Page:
TORONTO — The foodservice industry turned out in force Saturday night, channeling its inner-’80s for the annual Friends of We Care gala.
Held at the Toronto’s International Centre, the event — themed Back to the ‘80s: When Friends of We Care Was Born — raised funds to send kids with disabilities to accessible Easter Seals camps. At the end of the night, a cheque for more than $1.3 million was presented to Easter Seals on behalf of Friends of We Care.
“There are no words to describe the power and magic of these camps,” said Tiana Rodrigues, executive director, Friends of We Care Foundation Inc. “In a world of barriers (unnoticed by most), accessible Easter Seals summer camps are often the one place where kids can be kids.”
The vision of Gary Wright, whose son was born with Cerebral Palsy, Friends of We Care has been the charity of choice for the Canadian foodservice-and-hospitality industry since 1983. In that time, fundraising efforts have netted more than $24 million and sent thousands of kids to camp.
“This evening is one of our key fundraising events and our Gala committee has once again outdone itself,” said Steven Prisco, chair, board of directors, Friends of We Care Foundation Inc. “It’s an evening where we honour those who have helped Friends of We Care.”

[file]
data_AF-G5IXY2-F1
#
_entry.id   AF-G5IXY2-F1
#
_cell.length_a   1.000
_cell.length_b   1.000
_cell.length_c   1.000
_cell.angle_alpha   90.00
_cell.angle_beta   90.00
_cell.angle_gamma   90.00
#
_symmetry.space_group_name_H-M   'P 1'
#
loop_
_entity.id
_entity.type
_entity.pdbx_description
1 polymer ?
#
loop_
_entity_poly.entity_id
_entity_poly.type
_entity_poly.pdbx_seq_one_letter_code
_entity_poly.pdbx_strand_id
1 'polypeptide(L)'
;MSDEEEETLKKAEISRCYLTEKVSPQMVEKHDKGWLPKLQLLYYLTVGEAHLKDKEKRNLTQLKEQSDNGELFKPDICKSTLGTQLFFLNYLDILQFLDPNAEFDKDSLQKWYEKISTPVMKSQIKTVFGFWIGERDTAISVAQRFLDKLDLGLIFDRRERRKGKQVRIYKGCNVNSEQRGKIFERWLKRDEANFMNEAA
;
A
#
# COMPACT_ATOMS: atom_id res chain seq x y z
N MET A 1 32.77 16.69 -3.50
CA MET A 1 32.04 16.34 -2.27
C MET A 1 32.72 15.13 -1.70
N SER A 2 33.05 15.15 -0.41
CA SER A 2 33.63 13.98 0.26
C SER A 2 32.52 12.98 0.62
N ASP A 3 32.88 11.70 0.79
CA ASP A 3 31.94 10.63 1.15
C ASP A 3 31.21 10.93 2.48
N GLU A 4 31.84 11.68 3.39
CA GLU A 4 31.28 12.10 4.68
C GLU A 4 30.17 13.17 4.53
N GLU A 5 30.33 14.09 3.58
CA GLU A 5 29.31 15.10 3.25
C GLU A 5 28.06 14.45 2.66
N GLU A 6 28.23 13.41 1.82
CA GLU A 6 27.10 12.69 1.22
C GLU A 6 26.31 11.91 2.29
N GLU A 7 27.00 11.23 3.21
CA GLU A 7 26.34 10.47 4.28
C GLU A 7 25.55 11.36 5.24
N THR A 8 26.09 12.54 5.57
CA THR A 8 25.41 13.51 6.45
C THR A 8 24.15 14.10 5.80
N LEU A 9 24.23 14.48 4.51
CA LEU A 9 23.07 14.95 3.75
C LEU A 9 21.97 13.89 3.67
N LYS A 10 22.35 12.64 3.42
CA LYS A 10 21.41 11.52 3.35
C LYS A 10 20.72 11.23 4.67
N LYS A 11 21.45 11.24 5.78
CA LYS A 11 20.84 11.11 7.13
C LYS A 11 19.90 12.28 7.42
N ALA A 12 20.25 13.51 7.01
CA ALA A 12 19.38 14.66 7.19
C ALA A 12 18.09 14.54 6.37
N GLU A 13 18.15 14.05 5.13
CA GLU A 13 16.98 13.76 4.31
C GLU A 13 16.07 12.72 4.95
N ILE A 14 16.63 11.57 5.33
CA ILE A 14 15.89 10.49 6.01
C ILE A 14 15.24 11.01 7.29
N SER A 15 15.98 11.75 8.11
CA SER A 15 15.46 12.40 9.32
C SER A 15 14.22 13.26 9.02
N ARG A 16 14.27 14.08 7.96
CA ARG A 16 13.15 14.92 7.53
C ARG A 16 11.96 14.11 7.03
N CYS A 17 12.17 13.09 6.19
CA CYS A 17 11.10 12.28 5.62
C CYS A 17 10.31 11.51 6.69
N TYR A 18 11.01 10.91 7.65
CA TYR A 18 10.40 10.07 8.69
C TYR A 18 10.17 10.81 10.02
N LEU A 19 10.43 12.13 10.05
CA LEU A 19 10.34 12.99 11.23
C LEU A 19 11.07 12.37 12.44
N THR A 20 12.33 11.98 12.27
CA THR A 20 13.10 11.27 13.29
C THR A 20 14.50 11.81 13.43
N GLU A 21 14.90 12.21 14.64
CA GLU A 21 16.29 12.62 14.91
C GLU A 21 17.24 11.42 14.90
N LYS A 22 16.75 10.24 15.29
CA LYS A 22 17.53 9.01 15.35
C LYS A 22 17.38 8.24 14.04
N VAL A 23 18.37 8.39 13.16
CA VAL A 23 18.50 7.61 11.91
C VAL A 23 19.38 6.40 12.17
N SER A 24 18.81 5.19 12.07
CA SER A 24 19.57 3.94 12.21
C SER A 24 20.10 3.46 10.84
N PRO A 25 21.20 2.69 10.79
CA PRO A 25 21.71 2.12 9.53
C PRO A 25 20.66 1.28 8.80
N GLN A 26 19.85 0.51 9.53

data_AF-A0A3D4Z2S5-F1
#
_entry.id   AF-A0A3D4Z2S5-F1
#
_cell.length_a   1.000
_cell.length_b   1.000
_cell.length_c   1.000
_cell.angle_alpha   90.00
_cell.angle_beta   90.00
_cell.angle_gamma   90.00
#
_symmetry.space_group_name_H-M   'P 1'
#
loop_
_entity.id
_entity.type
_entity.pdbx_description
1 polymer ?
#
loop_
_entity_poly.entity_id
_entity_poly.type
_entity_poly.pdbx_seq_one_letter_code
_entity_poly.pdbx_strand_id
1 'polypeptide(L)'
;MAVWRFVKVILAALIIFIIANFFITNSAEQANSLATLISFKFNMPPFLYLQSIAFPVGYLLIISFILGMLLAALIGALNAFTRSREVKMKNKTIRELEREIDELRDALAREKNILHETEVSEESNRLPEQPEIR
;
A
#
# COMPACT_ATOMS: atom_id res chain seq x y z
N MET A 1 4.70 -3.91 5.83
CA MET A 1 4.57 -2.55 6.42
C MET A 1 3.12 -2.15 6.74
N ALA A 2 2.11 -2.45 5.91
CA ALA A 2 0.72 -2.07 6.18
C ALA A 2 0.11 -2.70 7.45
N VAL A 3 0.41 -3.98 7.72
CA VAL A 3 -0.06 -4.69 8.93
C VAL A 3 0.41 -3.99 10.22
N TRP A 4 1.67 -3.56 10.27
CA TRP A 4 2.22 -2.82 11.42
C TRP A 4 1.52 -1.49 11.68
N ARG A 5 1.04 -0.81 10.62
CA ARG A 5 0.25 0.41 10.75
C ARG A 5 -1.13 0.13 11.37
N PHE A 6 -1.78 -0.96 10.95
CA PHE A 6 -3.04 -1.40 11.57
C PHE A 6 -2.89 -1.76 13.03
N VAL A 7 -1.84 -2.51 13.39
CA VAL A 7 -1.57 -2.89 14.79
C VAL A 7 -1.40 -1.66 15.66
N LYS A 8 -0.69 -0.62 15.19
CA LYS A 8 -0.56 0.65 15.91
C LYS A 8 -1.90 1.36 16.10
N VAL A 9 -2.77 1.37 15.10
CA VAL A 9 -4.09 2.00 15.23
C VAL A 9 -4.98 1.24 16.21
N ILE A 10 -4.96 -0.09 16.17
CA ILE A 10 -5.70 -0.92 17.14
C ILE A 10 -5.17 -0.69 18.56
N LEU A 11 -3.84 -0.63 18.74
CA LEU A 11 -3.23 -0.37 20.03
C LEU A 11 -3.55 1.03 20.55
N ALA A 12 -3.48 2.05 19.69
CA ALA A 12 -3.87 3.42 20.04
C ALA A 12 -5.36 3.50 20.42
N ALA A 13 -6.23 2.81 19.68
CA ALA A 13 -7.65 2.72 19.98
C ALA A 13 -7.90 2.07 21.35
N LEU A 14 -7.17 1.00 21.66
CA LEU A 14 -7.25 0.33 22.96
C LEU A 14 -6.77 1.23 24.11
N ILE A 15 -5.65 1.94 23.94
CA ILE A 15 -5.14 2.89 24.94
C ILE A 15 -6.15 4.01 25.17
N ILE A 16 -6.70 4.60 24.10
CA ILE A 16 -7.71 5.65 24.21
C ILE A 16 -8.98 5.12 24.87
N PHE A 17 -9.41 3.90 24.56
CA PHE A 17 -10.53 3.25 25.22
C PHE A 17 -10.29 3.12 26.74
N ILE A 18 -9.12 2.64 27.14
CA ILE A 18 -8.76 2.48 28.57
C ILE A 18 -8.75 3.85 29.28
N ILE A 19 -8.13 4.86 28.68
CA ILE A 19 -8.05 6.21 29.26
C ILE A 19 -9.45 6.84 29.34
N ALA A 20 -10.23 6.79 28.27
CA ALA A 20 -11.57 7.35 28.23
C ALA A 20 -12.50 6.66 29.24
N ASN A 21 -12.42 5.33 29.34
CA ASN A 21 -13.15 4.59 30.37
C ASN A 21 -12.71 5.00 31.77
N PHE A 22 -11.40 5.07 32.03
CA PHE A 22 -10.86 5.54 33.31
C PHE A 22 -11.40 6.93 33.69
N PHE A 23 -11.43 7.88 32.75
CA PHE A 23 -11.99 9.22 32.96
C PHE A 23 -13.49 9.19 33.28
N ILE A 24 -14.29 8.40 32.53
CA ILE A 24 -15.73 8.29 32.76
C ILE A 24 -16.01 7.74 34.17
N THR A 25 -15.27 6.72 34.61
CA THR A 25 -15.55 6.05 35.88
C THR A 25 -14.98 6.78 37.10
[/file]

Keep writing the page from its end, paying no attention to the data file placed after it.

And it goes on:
The evening was once again emceed by Mike “Pinball” Clemons and Kevin Frankish, but it was Friends of We Care Ambassadors Grace Kennedy and Shamil Sohail who stole the show, sharing their camp experiences and their insights into accessibility issues.
Three awards were also handed out during the evening. The Gary Wright Humanitarian Award was presented posthumously to Michel Lamy, who worked tirelessly with Friends of We Care, both organizing and participating in events. The Friends of We Care Hall of Fame Award was presented to Rod Stroud, former president of Sysco Canada. The final award, the We Care Corporate Friend Award, was presented to Burnbrae Farms for its commitment and support of the organization.